Trudi the Collage Art Quilt Reindeer – all quilted


Trudi, the Collage Art Quilt Reindeer, has been back from the longarm quilter, A Needle and Thread, for some time and I just realized I haven’t blogged about the finished product! I guess I’ve been busy creating the next collage pattern! Trudi’s quilting is custom with the lovely Erica catching lots of the flower motif edges. She also enhanced lots of the areas to make them puff out. The outside edge of Trudi is also outlined. Finally, Erica quilted an “all over” pattern in the navy background. I used a marbled deep red for the binding and made a hanging sleeve for the back.

I love hanging my quilts and auditioned Trudi in my sewing room. Ultimately, I decided Trudi was meant to hang out in our entry foyer. What do you think?

Next week, I will be launching my next pattern just in time for rodeo season in Texas!

If you wish to purchase any of my patterns head on over to my Etsy Shop. Domestic shipping is free.

New collage quilters … a lesson in looking at fabric motifs!


Quilters new to collage quilting look at a photo of a finished collage quilt and are sometimes confused! Just how did all that fabric make it onto the line drawing pattern? I thought it would be fun to take away the mystery. Believe me … you will never look at a piece of fabric in quite the same way ever again!

When you look closely at Moo-Shu, my panda art quilt, you will notice lots of light-colored flower fabric in her face and body. When planning the quilt, I asked myself … how do I make Moo-Shu’s face and body look like white fur? The answer … why with white orchids of course!

I actually used three colorways of the same fabric line from the Spring 2018 Kaffe Collective. From left to right in the first photograph, I used Kaffe’s Black Orchids, Cool Poppy Garden and Natural Orchids. The fabric actually comes in five colorways and all are quite beautiful. The coloring of the orchid petals in the different colorways have different shades of gray, and also beige, which added another color dimension to Moo-Shu’s “fur.”

After fusing larger pieces of these fabrics which contain all kinds of colorful flowers, I basically cut away the background around the flowers with my Karen Kay Buckley scissors (baby blue handles). I left some of the flowers large to be cut smaller later, if needed. Don’t be concerned when you get to the edge of the fabric and you don’t have a whole flower to cut away. I use smaller parts of flowers all the time to fill in a spot on the line drawing pattern. I saved all the colorful cut motifs that were not “white” orchids to be used on Moo-Shu … or for a future project.

I used a pansy fabric for parts of the face between Moo-Shu’s eyes down to her nose and mouth. There was lots of fussy-cutting since I was interested in just the pansies with purple around the edges. Again, I saved the other pansy motifs in other colors for future projects.

Once you understand the concept of cutting away the background on a piece of fabric, the possibilities are endless! Not only flowers … but novelty fabrics are so fun to cut up and tuck in a collage quilt. Motifs like cans of tuna, fish, butterflies, birds are often not noticed when standing back from a collage quilt. But look at all the fun things you can see up close. My grandkids, Jacob and Ben, had so much fun trying to find all the different things tucked into Moo-Shu.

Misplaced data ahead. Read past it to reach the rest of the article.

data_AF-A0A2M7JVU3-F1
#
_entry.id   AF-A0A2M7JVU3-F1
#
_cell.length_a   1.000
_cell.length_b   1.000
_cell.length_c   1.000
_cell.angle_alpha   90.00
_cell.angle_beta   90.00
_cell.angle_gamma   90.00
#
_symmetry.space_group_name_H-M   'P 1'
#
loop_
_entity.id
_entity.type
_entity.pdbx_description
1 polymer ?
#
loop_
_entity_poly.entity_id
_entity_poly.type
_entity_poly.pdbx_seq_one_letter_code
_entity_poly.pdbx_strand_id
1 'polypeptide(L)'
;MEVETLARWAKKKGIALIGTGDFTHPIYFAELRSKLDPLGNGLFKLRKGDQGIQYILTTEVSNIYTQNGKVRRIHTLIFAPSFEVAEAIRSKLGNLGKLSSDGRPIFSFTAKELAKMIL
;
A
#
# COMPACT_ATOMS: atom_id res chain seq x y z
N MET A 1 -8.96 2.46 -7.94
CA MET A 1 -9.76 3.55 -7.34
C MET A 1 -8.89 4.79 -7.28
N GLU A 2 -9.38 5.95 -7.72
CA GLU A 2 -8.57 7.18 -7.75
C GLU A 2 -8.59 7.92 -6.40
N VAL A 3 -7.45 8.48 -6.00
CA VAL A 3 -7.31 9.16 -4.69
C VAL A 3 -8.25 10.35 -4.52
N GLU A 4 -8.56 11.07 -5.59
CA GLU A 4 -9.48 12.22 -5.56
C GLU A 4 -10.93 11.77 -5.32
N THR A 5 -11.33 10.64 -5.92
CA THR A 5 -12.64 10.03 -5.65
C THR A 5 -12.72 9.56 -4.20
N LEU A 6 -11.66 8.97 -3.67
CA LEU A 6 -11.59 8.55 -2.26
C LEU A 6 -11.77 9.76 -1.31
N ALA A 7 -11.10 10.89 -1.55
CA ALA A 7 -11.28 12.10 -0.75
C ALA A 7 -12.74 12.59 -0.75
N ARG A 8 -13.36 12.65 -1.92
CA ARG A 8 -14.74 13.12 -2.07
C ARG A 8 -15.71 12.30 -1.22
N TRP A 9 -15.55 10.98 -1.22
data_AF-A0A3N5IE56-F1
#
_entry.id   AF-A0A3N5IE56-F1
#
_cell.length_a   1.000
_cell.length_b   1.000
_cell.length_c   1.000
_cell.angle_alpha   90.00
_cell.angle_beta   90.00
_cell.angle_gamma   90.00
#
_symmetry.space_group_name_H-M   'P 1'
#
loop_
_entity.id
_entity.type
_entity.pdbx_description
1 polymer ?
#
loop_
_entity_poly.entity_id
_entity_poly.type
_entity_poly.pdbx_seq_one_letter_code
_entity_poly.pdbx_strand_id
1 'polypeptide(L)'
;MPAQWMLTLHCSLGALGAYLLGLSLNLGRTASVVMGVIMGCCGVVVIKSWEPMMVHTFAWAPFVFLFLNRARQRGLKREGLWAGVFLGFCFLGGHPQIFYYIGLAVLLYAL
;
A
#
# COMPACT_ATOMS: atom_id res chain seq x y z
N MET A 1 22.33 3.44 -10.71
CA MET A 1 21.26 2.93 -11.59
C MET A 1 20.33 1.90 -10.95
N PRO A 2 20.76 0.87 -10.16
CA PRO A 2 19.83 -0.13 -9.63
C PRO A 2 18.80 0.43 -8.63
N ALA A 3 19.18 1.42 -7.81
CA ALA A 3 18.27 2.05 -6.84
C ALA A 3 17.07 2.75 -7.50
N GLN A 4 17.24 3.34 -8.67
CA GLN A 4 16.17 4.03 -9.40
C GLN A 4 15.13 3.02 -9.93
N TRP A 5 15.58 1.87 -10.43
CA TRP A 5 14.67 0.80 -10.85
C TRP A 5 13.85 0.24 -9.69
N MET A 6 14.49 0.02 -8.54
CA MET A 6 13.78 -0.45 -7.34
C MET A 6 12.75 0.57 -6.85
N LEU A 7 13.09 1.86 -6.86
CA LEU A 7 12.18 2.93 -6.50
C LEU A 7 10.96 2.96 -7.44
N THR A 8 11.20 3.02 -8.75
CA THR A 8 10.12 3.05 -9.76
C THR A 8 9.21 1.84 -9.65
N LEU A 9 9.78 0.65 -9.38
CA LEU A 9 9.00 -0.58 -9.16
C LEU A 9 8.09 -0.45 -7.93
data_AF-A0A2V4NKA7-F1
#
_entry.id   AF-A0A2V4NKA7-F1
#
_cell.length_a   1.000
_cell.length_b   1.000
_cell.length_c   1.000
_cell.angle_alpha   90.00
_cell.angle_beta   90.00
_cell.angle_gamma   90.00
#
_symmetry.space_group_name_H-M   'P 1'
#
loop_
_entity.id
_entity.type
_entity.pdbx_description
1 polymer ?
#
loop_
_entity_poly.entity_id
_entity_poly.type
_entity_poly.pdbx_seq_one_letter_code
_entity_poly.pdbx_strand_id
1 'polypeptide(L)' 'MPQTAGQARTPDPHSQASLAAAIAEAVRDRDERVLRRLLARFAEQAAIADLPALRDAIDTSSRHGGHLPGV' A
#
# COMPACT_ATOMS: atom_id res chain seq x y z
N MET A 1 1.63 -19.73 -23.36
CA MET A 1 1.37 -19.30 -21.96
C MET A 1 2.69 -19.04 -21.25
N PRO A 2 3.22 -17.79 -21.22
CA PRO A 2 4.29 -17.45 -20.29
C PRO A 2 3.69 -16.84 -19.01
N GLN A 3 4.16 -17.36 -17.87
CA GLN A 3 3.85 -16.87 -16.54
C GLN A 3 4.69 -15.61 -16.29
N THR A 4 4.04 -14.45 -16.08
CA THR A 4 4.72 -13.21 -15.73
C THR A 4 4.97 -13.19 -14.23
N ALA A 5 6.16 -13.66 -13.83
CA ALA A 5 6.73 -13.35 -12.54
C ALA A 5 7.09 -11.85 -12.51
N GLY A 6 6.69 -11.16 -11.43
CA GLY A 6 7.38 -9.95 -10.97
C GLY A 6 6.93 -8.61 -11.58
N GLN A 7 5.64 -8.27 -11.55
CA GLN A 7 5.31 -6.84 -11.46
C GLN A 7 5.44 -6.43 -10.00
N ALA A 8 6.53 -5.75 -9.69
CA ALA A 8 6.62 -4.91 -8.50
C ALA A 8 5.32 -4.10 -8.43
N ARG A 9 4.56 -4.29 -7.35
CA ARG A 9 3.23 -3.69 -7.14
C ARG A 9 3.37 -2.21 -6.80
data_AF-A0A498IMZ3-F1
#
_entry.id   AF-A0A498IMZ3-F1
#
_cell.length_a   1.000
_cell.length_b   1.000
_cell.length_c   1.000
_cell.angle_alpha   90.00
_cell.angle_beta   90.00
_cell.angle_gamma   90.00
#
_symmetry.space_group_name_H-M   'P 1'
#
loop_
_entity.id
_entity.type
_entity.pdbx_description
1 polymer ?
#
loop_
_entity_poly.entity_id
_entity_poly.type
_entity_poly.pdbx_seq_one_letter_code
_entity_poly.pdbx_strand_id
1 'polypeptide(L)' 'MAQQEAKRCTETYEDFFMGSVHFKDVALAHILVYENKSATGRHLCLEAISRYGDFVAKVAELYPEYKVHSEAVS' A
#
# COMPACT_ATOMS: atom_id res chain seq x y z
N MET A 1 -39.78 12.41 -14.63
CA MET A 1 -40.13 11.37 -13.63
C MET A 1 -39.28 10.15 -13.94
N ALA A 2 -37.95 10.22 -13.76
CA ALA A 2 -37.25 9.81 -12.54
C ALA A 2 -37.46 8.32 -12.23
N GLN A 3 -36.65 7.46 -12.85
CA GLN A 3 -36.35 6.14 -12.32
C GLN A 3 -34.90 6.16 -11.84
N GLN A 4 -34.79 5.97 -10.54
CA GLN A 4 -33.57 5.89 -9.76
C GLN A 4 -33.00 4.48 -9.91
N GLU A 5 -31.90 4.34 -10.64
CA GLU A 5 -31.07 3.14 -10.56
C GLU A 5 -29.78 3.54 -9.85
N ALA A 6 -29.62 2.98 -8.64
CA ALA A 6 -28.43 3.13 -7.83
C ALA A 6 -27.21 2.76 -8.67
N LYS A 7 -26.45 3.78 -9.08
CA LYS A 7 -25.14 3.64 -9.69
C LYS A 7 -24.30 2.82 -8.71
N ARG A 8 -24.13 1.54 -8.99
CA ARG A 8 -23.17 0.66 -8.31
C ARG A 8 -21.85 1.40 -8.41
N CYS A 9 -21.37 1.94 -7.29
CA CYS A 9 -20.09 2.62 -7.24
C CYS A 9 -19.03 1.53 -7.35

If you are interested in purchasing a Moo-Shu pattern (full-size) with supply list and detailed instructions, head over to my Etsy shop! Stay tuned for future Collage Quilt hints and tips and new patterns!

Moo-Shu, my collage art quilt panda

Yesterday, figuratively speaking, I jumped off a cliff and released my first collage art quilt pattern. Yep … I have my own Etsy shop! Moo-Shu comes with her own full-size pattern, supply list and detailed instructions. The link is provided, or you can head over to my “Home” page, and click on the “Etsy” button.

Over the past forty year, I’ve done lots of different types of quilting. I love it all! It has always amazed me how fabric can be manipulated and turned on its head to create a personal story. Every quilt is so unique … and no two quilts are alike.

It wasn’t until I took a collage quilting class earlier this year, that I found my joy. Everyone in the class was making a different Laura Heine collage quilt. I was the only making Lulu, the elephant. It was so fun creating my own interpretation of the quilt. I think my husband thought I was a little nuts when I bolted through the door after the first class day. The emotion expressed was “excited” and it was an understatement. He encouraged me to create my own pattern and Moo-Shu is the result. It took me a couple of months to create a prototype quilt. I wanted it to be perfect.

The basic premise of collage art quilts is fusing small amounts (fat quarter size or smaller) of cotton fabric, cutting out the motifs you want to highlight in your quilt, and pinning them on a background (your line drawing). After you like the way your collage looks, the paper fusible backing is removed on each motif and placed back on the background. A final fuse with an iron and you are onto your next step. Next week I will write about that!

Notice the word “sewing machine” has not been mentioned. There is no sewing involved until you get to the machine quilting stage.

Let me know what you think about Moo-Shu! I am also pondering my next collage pattern. Any thoughts?